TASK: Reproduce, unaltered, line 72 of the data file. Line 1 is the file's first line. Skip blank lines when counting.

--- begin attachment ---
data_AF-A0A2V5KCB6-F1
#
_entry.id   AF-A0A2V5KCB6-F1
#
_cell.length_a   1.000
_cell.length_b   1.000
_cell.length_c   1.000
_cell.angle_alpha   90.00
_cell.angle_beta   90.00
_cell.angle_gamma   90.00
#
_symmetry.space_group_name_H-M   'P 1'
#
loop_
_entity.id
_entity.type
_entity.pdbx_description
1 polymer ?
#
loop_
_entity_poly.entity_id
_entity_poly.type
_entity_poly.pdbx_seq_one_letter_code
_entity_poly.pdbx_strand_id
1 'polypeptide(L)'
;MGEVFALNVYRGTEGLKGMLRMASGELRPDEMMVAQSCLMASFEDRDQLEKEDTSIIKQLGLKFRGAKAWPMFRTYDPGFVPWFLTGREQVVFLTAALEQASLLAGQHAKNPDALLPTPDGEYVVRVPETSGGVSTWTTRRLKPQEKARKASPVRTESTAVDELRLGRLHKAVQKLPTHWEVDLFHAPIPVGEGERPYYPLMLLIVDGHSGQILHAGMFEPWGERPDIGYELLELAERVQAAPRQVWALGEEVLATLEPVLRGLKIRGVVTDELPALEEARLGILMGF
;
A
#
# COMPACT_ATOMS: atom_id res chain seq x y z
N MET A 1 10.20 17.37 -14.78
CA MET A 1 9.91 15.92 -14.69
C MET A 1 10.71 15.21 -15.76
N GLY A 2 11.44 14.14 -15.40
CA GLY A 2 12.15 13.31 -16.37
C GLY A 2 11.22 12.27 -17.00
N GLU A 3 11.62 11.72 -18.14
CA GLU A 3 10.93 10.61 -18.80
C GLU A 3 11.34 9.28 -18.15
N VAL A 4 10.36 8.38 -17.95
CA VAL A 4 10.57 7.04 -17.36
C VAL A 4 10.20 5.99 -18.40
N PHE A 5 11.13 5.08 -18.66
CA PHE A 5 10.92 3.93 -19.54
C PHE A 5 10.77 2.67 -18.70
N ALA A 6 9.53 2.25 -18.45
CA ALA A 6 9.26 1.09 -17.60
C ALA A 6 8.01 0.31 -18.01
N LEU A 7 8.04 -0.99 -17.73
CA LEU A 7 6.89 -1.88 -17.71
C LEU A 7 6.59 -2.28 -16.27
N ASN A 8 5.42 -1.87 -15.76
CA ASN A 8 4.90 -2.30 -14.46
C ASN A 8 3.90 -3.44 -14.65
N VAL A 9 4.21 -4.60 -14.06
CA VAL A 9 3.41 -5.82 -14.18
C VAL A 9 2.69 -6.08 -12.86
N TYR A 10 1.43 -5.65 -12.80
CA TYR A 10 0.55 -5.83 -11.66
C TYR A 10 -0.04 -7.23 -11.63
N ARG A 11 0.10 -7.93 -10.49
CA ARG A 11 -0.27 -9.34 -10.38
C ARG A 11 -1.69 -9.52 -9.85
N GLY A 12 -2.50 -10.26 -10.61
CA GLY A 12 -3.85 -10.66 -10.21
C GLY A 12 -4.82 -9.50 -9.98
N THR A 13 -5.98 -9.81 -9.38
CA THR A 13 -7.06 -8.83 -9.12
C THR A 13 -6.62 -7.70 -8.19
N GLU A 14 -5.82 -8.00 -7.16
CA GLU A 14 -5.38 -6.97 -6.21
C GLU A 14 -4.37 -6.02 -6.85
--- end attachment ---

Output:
C GLU A 14 -4.37 -6.02 -6.85